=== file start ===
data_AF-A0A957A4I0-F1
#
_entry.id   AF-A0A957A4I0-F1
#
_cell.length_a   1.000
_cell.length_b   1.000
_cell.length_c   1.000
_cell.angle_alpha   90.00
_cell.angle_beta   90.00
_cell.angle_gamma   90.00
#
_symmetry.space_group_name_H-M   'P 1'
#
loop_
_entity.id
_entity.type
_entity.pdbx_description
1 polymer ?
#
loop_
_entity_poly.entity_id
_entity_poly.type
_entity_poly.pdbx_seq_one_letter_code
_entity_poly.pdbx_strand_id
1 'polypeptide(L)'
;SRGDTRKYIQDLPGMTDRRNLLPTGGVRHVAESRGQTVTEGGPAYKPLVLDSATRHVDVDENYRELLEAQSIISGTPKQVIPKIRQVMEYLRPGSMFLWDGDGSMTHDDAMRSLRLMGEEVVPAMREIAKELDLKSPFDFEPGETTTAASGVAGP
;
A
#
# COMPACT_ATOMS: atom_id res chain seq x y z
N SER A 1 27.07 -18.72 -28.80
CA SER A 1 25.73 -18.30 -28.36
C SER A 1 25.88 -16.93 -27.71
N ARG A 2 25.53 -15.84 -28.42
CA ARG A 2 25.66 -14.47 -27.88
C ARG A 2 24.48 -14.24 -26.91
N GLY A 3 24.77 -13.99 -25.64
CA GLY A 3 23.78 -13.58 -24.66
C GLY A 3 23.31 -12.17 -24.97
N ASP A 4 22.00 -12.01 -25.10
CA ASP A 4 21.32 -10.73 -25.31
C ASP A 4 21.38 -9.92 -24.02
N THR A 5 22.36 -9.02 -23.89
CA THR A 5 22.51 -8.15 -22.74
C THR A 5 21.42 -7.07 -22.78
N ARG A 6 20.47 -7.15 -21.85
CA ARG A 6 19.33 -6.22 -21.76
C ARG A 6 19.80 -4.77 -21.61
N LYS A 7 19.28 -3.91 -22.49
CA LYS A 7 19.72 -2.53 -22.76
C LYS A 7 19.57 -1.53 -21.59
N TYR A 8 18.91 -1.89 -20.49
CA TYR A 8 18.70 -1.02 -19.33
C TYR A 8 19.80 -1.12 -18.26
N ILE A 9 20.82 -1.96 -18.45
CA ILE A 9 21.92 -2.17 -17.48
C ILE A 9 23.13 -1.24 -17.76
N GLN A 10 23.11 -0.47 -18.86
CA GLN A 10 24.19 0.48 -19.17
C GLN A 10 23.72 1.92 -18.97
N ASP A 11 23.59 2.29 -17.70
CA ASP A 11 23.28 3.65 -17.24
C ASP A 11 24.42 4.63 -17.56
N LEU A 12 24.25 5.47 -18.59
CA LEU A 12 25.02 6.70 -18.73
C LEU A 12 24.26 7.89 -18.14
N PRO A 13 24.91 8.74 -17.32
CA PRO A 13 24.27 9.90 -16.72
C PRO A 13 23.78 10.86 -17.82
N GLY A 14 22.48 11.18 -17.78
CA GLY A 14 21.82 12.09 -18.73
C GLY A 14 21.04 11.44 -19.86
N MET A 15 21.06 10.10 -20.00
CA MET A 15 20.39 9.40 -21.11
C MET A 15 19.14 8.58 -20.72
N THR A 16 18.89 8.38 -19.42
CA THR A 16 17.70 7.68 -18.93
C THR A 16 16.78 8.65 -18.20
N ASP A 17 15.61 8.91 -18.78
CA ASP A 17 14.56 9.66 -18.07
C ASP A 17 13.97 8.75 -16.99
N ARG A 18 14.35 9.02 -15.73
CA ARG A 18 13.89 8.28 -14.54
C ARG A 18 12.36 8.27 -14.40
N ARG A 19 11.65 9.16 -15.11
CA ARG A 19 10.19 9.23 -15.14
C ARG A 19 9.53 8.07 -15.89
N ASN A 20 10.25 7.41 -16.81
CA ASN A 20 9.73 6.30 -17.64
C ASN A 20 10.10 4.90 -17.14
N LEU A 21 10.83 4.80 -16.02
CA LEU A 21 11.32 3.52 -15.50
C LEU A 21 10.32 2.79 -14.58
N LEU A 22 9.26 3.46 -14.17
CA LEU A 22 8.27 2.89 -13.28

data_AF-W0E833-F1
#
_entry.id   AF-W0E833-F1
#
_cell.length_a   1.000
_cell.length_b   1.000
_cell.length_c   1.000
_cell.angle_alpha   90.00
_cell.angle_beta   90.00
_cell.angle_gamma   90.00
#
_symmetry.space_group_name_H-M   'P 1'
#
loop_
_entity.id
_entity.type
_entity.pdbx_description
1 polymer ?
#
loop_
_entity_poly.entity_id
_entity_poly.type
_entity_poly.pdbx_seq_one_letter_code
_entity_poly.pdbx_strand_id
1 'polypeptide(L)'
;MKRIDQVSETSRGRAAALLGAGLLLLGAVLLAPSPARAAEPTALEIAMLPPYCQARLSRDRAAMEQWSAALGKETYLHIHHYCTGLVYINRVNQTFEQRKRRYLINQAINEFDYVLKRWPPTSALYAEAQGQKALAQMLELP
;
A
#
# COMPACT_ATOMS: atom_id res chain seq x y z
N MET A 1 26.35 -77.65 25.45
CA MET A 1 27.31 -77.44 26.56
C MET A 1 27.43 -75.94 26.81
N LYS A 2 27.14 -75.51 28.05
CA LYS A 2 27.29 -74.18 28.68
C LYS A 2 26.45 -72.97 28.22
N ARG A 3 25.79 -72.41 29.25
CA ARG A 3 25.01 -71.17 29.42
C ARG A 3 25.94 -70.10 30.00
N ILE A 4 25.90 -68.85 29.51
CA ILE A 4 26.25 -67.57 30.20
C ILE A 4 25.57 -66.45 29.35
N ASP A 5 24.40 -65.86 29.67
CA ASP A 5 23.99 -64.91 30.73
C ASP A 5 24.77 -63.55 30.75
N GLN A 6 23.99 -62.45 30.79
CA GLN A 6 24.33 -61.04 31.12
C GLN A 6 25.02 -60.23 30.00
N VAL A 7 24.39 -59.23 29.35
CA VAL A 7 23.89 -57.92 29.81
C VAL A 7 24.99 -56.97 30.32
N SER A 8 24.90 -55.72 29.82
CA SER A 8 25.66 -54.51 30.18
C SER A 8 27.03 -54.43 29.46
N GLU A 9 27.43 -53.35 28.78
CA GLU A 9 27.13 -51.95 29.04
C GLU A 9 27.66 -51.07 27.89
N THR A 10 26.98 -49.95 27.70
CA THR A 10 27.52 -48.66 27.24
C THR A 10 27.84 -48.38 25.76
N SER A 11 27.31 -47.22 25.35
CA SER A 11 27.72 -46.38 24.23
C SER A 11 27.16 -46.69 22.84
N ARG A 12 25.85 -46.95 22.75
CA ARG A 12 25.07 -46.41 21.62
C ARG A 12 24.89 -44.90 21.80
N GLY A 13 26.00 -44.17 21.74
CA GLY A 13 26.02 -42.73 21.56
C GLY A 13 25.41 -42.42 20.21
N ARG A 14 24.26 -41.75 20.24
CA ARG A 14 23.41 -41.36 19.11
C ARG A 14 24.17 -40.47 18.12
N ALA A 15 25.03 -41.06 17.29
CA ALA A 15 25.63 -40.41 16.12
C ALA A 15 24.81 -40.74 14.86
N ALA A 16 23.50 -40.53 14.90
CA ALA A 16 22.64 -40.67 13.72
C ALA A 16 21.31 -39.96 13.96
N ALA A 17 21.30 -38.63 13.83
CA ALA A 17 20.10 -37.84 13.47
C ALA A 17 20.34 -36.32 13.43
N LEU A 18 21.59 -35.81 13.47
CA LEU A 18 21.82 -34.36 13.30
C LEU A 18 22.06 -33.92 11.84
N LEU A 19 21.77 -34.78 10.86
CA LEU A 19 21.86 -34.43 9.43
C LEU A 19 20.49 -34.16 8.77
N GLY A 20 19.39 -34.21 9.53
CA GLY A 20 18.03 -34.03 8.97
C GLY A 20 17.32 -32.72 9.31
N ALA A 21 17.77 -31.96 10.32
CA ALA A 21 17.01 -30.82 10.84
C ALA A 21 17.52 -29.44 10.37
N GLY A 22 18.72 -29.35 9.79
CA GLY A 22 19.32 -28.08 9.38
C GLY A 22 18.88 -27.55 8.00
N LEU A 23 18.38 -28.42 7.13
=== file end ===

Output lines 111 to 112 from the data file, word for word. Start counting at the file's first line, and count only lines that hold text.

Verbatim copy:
_entity.type
_entity.pdbx_description